In Psalm xx. and xxi., we see the Messiah prophetically viewed as suffering on the earth from men. It was the day of trouble. They imagined a device against Him which they were not able to perform. But He asks life, and has length of days for ever. Glory and great majesty are put upon Him. What is the effect of His being thus glorified by Jehovah, in answer to the scorn and violence of ungodly men? Judgment His hands finds out all His enemies. He makes them as a fiery oven in the day of His anger, as He said, "Those mine enemies that would that I should reign over them, bring them hither, and slay them before me." The same thing may be seen in Psalm lxix, 1-24. The effect of His suffering from the hand of wicked men is judgment on themselves.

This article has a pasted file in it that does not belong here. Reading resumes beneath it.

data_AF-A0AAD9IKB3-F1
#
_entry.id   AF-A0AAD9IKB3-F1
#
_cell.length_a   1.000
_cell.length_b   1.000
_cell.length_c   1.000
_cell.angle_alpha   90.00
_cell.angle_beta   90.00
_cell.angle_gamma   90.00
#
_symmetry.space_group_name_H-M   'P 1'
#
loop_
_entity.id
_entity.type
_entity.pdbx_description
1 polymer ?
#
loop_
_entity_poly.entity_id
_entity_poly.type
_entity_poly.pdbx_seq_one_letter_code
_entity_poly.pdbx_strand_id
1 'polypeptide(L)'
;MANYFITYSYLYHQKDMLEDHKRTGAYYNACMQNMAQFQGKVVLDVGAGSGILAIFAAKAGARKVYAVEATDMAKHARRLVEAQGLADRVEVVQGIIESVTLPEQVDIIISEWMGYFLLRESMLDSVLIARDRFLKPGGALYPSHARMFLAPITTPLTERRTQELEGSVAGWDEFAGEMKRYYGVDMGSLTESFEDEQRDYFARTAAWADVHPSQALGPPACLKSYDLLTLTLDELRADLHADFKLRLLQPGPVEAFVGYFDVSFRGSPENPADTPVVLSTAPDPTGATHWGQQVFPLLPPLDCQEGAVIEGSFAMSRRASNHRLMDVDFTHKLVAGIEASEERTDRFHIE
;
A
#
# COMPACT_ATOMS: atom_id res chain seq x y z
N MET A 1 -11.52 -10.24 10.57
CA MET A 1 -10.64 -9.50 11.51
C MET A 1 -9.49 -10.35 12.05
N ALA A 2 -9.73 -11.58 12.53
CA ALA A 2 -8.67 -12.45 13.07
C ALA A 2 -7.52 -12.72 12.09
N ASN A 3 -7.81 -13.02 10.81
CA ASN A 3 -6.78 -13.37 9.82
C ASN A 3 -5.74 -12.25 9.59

In Psalm xxii. we have, besides all these sufferings from the hand of men, and when they had reached their height, (see the whole Psalm up to verse 21,) His suffering from the hand of God. When under the pressure of the others, God, His only resource, forsakes Him. This is the great theme of the psalm. But what is the result of this? This was the bearing of sin—at least the consequence of His bearing it. It was the judgment, so to speak; it was the wrath due to us. But He came to put sin away by the sacrifice of Himself. Hence the result is unmingled and full grace—nothing else. Who was to be punished for His having drank the cup at His Father's hand? He is heard. God takes the new character of one who has raised Him up, and given Him glory, because He had perfectly glorified Him about sin. He is raised from dead by the glory of the Father. This name of His God and Father He immediately declares to His brethren—" I will declare thy name unto my brethren." So in fact, He did when He said to Mary Magdalene, "Touch me not, (He was not now coming to be corporally present in the kingdom,) for I am not yet ascended to my Father: but go to my brethren and say unto them, I go to my Father, and your Father, my God and your God." The testimony was 'now grace, and Jesus leads the praises of His redeemed. Next, all Israel, the great congregation, is found in the praise also; then all the ends of the world. The fat eat and worship; all that go down into the dust; and the generation that shall be born, when that time of peace is come, shall also hear the wondrous story of that which the angels now desire to look into—that He bath done this. It is an unmingled stream of grace and blessing, widening to the ends of the earth, and flowing down the course of time to the generation which shall be born. Such is the effect of the cross. No word of judgment follows the tale it has to tell. The suffering there was the judgment on sin, but it was the putting of it away. The judgment was borne, but passed away with its execution on the victim, who had, in grace, substituted Himself: and if, indeed, we shall be manifested before the judgment-seat of Christ, He before whom we shall appear has Himself put away our sins; yea, we arrive there, because He has Himself come to fetch us, that where He is there we may be also. In a word, it was suffering from God; and suffering from God is suffering for sins not for righteousness; and the effect, unmingled grace, now freely flowing forth. Christ had been baptized with the baptism He had to be baptized with. He was no longer straitened in the exercise and proclamation of love. When He suffered from man, through the whole of His witness among them, up to death itself, He was suffering for righteousness. Sin He had not, in His person, to suffer for. He was no substituted victim in the eyes of men. The result of these sufferings from the power of men is judgment, accomplished on His return—in a providential way already in the destruction of Jerusalem, but fully when He shall return.